By Dr. Ben Gilad, ACI Faculty

Do you know what BOK is? No? Don’t worry. It makes no practical difference. BOK stands for Body of Knowledge. Professions often create them to help define and distinguish their fields from other professions and disciplines.   In addition, a BOK is typically used to try and create respectability and bring standards to a field. But I believe the concept has been hijacked, watered down or totally misused.  If you are looking for a body of “knowledge” in CI, pay attention: You may be surprised where you find it!

In 2001, Jan Herring and I published the first BOK for a full training program for professionals in the competitive intelligence field. In that article, Jan and I set clear standards for CI training, which underlie the CIP (The first formal certificate in the field, conveyed by the Academy since 1999). That body of knowledge has remained the field’s fundamental standard to date (though several other BOKs have appeared since then by other organizations).

How does our Body of Knowledge Stand the Test of Time?

I recently re-read the principles outlined in our BOK. Yogi Berra (a famous American baseball player, for our international readers) is rumored to have said, “It is hard to predict, especially the future” (it is hard to say if he truly said it as he himself commented “I really didn’t say everything I said.”)  Considering that I can hardly predict my schedule for the next week, I found myself realizing that Jan’s and my vision was astonishingly clairvoyant.

We started by clearly defining the space of CI as distinct from market research, information services, journalism, investigation, security, and other related disciplines. That distinction is as relevant today as it was then. For us, competitive intelligence was a holistic synthesis, a view of the dynamics of all High Impact Players (HIP) that together shape the competitive arena. The end result should be a perspective on the industry/market’s evolution, brought about by its interplay of the competitive players and forces.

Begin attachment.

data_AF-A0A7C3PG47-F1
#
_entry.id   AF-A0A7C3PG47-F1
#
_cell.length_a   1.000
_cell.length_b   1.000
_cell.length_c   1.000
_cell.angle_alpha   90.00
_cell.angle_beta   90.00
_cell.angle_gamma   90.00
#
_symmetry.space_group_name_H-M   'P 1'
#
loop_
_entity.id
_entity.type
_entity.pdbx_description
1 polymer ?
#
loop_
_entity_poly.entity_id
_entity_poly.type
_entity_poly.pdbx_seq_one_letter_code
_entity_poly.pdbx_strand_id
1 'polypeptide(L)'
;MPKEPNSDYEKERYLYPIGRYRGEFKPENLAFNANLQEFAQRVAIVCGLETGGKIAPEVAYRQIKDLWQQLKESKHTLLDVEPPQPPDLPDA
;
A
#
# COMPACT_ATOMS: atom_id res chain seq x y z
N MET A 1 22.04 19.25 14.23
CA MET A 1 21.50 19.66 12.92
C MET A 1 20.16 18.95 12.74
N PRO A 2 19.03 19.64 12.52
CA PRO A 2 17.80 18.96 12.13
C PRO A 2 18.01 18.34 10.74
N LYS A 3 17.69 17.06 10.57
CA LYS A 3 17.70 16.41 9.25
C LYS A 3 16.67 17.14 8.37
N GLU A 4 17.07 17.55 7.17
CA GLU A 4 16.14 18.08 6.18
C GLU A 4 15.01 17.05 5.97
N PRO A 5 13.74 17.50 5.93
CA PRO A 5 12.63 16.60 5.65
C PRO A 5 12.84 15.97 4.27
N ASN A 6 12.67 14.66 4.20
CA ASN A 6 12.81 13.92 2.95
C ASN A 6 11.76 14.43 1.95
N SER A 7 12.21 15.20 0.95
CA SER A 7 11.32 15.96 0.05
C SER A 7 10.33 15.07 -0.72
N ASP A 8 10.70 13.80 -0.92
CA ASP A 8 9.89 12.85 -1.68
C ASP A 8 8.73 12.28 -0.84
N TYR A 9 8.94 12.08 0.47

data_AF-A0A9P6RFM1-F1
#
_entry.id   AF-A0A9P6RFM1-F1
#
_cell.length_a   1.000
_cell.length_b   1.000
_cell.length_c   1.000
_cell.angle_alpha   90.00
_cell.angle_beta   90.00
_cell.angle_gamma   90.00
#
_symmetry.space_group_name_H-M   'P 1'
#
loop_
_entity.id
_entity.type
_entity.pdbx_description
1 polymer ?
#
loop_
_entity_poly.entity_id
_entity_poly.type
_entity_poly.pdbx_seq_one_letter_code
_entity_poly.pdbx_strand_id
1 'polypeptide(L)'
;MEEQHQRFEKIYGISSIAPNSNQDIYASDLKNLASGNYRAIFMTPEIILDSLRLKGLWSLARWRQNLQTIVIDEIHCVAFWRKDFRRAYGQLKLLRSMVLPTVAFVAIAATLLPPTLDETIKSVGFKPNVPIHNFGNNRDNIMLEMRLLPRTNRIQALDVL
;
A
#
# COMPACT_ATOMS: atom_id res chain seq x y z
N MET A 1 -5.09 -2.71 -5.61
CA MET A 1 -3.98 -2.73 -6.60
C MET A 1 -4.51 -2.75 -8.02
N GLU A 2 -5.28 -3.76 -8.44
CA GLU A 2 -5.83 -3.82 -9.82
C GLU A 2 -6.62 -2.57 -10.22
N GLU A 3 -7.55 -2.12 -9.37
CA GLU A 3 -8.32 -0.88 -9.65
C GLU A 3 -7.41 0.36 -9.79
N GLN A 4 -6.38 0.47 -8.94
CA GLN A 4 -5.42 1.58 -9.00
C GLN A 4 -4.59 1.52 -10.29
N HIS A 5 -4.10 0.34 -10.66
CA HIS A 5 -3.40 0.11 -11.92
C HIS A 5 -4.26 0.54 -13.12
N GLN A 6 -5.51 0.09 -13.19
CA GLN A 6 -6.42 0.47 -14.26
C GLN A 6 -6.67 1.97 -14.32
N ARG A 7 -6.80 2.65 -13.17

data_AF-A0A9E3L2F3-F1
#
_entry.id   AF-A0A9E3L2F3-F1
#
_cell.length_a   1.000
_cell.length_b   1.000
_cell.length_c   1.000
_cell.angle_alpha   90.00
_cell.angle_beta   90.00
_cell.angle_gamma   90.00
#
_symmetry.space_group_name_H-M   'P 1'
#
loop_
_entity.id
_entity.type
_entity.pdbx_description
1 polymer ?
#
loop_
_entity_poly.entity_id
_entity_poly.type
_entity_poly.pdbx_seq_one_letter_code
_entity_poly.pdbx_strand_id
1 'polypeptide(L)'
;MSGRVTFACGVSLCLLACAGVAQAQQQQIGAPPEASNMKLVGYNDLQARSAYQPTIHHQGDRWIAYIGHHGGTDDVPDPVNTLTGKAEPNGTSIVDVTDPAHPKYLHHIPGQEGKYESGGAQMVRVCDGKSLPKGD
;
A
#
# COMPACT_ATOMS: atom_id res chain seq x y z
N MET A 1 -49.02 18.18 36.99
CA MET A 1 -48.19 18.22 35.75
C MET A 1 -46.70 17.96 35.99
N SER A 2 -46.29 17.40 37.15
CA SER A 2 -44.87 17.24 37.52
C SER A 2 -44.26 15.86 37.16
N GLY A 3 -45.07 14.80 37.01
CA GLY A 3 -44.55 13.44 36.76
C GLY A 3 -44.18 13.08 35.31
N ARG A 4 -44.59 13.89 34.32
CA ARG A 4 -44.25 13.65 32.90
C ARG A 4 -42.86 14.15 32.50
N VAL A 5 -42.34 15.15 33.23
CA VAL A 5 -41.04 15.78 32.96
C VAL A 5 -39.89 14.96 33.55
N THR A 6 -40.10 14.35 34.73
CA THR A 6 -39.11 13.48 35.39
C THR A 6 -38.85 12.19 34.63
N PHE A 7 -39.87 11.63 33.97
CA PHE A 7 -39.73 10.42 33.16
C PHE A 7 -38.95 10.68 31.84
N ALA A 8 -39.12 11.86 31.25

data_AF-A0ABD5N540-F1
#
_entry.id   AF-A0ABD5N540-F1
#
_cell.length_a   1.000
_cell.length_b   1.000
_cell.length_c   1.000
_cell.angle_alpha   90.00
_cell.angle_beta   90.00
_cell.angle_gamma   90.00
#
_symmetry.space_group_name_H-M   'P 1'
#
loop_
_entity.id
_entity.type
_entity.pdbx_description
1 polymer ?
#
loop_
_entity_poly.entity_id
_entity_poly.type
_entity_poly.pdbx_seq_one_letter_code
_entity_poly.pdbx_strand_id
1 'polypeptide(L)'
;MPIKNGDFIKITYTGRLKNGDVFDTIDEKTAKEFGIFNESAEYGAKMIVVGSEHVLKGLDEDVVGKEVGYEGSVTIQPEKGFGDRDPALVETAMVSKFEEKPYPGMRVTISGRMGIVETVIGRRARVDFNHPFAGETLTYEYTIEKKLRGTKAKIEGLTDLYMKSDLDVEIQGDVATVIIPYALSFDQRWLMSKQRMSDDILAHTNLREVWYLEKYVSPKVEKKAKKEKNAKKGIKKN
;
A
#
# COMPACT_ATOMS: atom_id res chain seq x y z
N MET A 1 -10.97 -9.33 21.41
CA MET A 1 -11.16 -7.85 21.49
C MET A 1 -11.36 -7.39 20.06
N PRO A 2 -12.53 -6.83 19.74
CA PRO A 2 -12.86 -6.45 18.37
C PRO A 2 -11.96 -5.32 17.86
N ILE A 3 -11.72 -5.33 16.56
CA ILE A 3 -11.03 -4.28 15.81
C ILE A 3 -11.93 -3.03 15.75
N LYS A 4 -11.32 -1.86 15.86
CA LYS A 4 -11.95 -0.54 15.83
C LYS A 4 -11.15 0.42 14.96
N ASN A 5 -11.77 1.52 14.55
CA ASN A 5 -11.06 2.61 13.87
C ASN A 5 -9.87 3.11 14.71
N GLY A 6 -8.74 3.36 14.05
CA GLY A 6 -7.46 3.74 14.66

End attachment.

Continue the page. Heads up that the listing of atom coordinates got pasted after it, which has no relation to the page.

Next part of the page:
This distinction, however, has turned into a sole focus on competitors. For many managers, and some pundits as well, CI is the equivalent of a baby monitor applied to competitors.

The Risk of Limiting CI’s BOK to a Preset Toolkit and Procedures

At the center of that breakthrough BOK was the intelligence cycle: collect, analyze, store and disseminate. This is not rocket science. The simple fact is that intelligence amounts to no more – and no less – than specific input into decisions, describing and predicting competitive dynamics. Yet, some dangers lurk (I love the dramatic tone, lurk…) in letting this cycle become the essence of BOK instead of a loose organizing framework. Managers should keep the following in mind as they seek to advance their skill in CI:

“Our profession does not require a standard skill set or a rigid adherence to specific procedures and practices (such as accountants or lawyers).”

This risk of limiting CI’s BOK to a preset toolkit and procedures reflects the tension between those who believe CI is information, and those who believe that intelligence is insight rather than simply reporting  the facts.  The analytical techniques and frameworks one teaches are simply filters of noise. The ability to see the golden nugget is up to the analyst, not the ‘sieve’ he or she deploys. Individuals bring diverse backgrounds and diverse ability to interpret what “opportunity” or “risk” means. This is why we can (and did!) turn an English major into a CI analyst in two weeks. One never knows where the insight will come from.  The real BOK is knowledge of the industry, not merely a set of prescribed tools, templates and techniques applied in a prescribed, bureaucratic process.

Key Takeaways from the Training Body of Knowledge

So what does BOK for training actually define? Our perspective has been straight forward:

  • Training should be a rational, practical, and connected set of courses; not just a random collection of seminars. Preferably taught by professionals deeply experienced in the subjects they teach.
  • Advanced courses should be derived from and build on core courses.
  • It should strive to provide a relevant experience for students that will prepare them for the real CI world they will operate in.

The last point is crucial today as the nature of CI work inside companies has changed so markedly:

Whatever training you get, the real BOK you need is one that distinguishes the most between intelligence and information. If you want to be an information specialist, the relevant BOK is the Dewey Decimal library catalog system.  Intelligence requires human insight. Our CIPs know this, and if you want a career in CI, you better remember it.